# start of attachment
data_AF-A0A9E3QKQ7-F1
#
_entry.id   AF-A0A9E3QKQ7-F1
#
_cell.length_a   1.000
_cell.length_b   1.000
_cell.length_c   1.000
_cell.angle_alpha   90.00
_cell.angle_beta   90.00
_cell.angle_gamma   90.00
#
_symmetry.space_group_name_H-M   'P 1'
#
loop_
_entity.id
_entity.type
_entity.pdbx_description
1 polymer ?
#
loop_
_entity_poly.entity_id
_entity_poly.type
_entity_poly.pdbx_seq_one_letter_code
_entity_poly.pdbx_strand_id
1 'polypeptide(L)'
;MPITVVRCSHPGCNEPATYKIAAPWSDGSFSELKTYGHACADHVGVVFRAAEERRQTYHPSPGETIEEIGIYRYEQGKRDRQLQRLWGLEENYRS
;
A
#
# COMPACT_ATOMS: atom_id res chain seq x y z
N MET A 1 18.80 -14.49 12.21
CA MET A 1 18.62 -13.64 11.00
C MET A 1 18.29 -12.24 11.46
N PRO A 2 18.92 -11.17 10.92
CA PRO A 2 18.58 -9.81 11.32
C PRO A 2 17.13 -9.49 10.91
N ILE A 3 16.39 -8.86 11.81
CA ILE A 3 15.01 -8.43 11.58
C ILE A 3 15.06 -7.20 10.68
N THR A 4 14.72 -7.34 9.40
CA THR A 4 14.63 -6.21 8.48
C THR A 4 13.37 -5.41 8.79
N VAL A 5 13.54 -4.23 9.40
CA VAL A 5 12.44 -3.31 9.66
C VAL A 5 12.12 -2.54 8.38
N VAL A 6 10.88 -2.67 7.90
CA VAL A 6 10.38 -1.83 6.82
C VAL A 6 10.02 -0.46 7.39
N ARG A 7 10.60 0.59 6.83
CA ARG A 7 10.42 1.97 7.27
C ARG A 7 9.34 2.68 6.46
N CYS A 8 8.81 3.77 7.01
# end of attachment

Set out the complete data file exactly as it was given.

data_AF-A0A9E3QKQ7-F1
#
_entry.id   AF-A0A9E3QKQ7-F1
#
_cell.length_a   1.000
_cell.length_b   1.000
_cell.length_c   1.000
_cell.angle_alpha   90.00
_cell.angle_beta   90.00
_cell.angle_gamma   90.00
#
_symmetry.space_group_name_H-M   'P 1'
#
loop_
_entity.id
_entity.type
_entity.pdbx_description
1 polymer ?
#
loop_
_entity_poly.entity_id
_entity_poly.type
_entity_poly.pdbx_seq_one_letter_code
_entity_poly.pdbx_strand_id
1 'polypeptide(L)'
;MPITVVRCSHPGCNEPATYKIAAPWSDGSFSELKTYGHACADHVGVVFRAAEERRQTYHPSPGETIEEIGIYRYEQGKRDRQLQRLWGLEENYRS
;
A
#
# COMPACT_ATOMS: atom_id res chain seq x y z
N MET A 1 18.80 -14.49 12.21
CA MET A 1 18.62 -13.64 11.00
C MET A 1 18.29 -12.24 11.46
N PRO A 2 18.92 -11.17 10.92
CA PRO A 2 18.58 -9.81 11.32
C PRO A 2 17.13 -9.49 10.91
N ILE A 3 16.39 -8.86 11.81
CA ILE A 3 15.01 -8.43 11.58
C ILE A 3 15.06 -7.20 10.68
N THR A 4 14.72 -7.34 9.40
CA THR A 4 14.63 -6.21 8.48
C THR A 4 13.37 -5.41 8.79
N VAL A 5 13.54 -4.23 9.40
CA VAL A 5 12.44 -3.31 9.66
C VAL A 5 12.12 -2.54 8.38
N VAL A 6 10.88 -2.67 7.90
CA VAL A 6 10.38 -1.83 6.82
C VAL A 6 10.02 -0.46 7.39
N ARG A 7 10.60 0.59 6.83
CA ARG A 7 10.42 1.97 7.27
C ARG A 7 9.34 2.68 6.46
N CYS A 8 8.81 3.77 7.01